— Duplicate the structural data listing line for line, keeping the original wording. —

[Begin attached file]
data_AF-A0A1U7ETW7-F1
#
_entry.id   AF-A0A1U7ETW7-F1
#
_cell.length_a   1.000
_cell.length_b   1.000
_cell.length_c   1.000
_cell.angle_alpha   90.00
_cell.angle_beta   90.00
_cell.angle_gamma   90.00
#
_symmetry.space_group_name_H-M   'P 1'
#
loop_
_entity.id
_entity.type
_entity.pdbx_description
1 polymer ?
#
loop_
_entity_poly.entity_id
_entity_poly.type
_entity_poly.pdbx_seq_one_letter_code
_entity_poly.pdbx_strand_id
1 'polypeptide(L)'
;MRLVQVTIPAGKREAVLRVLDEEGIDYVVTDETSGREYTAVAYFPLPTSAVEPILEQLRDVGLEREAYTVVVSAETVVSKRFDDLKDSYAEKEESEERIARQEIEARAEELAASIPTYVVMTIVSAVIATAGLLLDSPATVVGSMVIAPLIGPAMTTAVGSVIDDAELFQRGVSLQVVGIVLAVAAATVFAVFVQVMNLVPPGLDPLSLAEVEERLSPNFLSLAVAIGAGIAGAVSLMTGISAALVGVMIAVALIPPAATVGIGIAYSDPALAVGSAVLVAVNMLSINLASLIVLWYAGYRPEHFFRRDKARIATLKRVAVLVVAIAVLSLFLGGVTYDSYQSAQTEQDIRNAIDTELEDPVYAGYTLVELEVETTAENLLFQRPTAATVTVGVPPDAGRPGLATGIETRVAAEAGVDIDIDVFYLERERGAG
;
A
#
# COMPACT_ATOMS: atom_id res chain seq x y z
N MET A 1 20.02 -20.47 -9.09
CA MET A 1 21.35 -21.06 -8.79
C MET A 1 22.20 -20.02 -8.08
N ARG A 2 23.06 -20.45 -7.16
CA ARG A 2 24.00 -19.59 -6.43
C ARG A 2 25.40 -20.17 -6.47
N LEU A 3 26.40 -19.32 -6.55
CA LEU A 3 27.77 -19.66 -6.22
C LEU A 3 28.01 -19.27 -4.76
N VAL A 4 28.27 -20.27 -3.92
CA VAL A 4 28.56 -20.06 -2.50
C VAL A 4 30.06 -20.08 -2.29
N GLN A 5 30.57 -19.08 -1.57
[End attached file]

data_AF-A0A1U7ETW7-F1
#
_entry.id   AF-A0A1U7ETW7-F1
#
_cell.length_a   1.000
_cell.length_b   1.000
_cell.length_c   1.000
_cell.angle_alpha   90.00
_cell.angle_beta   90.00
_cell.angle_gamma   90.00
#
_symmetry.space_group_name_H-M   'P 1'
#
loop_
_entity.id
_entity.type
_entity.pdbx_description
1 polymer ?
#
loop_
_entity_poly.entity_id
_entity_poly.type
_entity_poly.pdbx_seq_one_letter_code
_entity_poly.pdbx_strand_id
1 'polypeptide(L)'
;MRLVQVTIPAGKREAVLRVLDEEGIDYVVTDETSGREYTAVAYFPLPTSAVEPILEQLRDVGLEREAYTVVVSAETVVSKRFDDLKDSYAEKEESEERIARQEIEARAEELAASIPTYVVMTIVSAVIATAGLLLDSPATVVGSMVIAPLIGPAMTTAVGSVIDDAELFQRGVSLQVVGIVLAVAAATVFAVFVQVMNLVPPGLDPLSLAEVEERLSPNFLSLAVAIGAGIAGAVSLMTGISAALVGVMIAVALIPPAATVGIGIAYSDPALAVGSAVLVAVNMLSINLASLIVLWYAGYRPEHFFRRDKARIATLKRVAVLVVAIAVLSLFLGGVTYDSYQSAQTEQDIRNAIDTELEDPVYAGYTLVELEVETTAENLLFQRPTAATVTVGVPPDAGRPGLATGIETRVAAEAGVDIDIDVFYLERERGAG
;
A
#
# COMPACT_ATOMS: atom_id res chain seq x y z
N MET A 1 20.02 -20.47 -9.09
CA MET A 1 21.35 -21.06 -8.79
C MET A 1 22.20 -20.02 -8.08
N ARG A 2 23.06 -20.45 -7.16
CA ARG A 2 24.00 -19.59 -6.43
C ARG A 2 25.40 -20.17 -6.47
N LEU A 3 26.40 -19.32 -6.55
CA LEU A 3 27.77 -19.66 -6.22
C LEU A 3 28.01 -19.27 -4.76
N VAL A 4 28.27 -20.27 -3.92
CA VAL A 4 28.56 -20.06 -2.50
C VAL A 4 30.06 -20.08 -2.29
N GLN A 5 30.57 -19.08 -1.57